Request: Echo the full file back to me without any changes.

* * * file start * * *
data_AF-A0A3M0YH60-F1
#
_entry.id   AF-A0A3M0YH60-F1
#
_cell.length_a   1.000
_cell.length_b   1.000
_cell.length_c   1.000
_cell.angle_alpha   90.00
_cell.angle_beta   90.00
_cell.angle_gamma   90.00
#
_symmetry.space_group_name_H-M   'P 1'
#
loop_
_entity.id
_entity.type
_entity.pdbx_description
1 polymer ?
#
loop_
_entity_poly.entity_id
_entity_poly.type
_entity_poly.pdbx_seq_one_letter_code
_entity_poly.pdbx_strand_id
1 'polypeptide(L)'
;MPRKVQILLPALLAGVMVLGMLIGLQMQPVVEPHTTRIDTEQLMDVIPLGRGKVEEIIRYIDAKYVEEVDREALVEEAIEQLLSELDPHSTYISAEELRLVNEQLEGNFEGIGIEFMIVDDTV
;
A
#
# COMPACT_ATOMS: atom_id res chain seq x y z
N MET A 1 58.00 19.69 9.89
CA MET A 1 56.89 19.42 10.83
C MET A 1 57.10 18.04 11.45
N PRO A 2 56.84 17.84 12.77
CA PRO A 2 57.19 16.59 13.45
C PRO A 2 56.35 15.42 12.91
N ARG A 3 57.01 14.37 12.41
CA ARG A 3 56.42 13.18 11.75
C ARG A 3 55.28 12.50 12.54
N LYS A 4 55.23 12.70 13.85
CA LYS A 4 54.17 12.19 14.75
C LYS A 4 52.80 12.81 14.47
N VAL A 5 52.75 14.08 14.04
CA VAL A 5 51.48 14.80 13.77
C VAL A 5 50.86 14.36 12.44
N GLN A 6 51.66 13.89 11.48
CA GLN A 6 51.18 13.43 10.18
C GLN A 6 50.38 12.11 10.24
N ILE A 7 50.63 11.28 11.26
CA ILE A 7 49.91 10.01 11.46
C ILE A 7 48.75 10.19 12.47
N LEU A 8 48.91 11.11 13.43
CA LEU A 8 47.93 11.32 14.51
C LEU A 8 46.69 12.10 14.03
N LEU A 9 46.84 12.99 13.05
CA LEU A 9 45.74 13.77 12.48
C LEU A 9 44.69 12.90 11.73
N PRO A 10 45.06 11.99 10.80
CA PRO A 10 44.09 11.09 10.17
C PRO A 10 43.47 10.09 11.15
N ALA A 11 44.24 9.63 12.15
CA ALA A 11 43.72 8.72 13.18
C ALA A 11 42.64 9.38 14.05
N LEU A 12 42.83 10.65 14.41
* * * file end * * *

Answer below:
data_AF-A0A3M0YH60-F1
#
_entry.id   AF-A0A3M0YH60-F1
#
_cell.length_a   1.000
_cell.length_b   1.000
_cell.length_c   1.000
_cell.angle_alpha   90.00
_cell.angle_beta   90.00
_cell.angle_gamma   90.00
#
_symmetry.space_group_name_H-M   'P 1'
#
loop_
_entity.id
_entity.type
_entity.pdbx_description
1 polymer ?
#
loop_
_entity_poly.entity_id
_entity_poly.type
_entity_poly.pdbx_seq_one_letter_code
_entity_poly.pdbx_strand_id
1 'polypeptide(L)'
;MPRKVQILLPALLAGVMVLGMLIGLQMQPVVEPHTTRIDTEQLMDVIPLGRGKVEEIIRYIDAKYVEEVDREALVEEAIEQLLSELDPHSTYISAEELRLVNEQLEGNFEGIGIEFMIVDDTV
;
A
#
# COMPACT_ATOMS: atom_id res chain seq x y z
N MET A 1 58.00 19.69 9.89
CA MET A 1 56.89 19.42 10.83
C MET A 1 57.10 18.04 11.45
N PRO A 2 56.84 17.84 12.77
CA PRO A 2 57.19 16.59 13.45
C PRO A 2 56.35 15.42 12.91
N ARG A 3 57.01 14.37 12.41
CA ARG A 3 56.42 13.18 11.75
C ARG A 3 55.28 12.50 12.54
N LYS A 4 55.23 12.70 13.85
CA LYS A 4 54.17 12.19 14.75
C LYS A 4 52.80 12.81 14.47
N VAL A 5 52.75 14.08 14.04
CA VAL A 5 51.48 14.80 13.77
C VAL A 5 50.86 14.36 12.44
N GLN A 6 51.66 13.89 11.48
CA GLN A 6 51.18 13.43 10.18
C GLN A 6 50.38 12.11 10.24
N ILE A 7 50.63 11.28 11.26
CA ILE A 7 49.91 10.01 11.46
C ILE A 7 48.75 10.19 12.47
N LEU A 8 48.91 11.11 13.43
CA LEU A 8 47.93 11.32 14.51
C LEU A 8 46.69 12.10 14.03
N LEU A 9 46.84 12.99 13.05
CA LEU A 9 45.74 13.77 12.48
C LEU A 9 44.69 12.90 11.73
N PRO A 10 45.06 11.99 10.80
CA PRO A 10 44.09 11.09 10.17
C PRO A 10 43.47 10.09 11.15
N ALA A 11 44.24 9.63 12.15
CA ALA A 11 43.72 8.72 13.18
C ALA A 11 42.64 9.38 14.05
N LEU A 12 42.83 10.65 14.41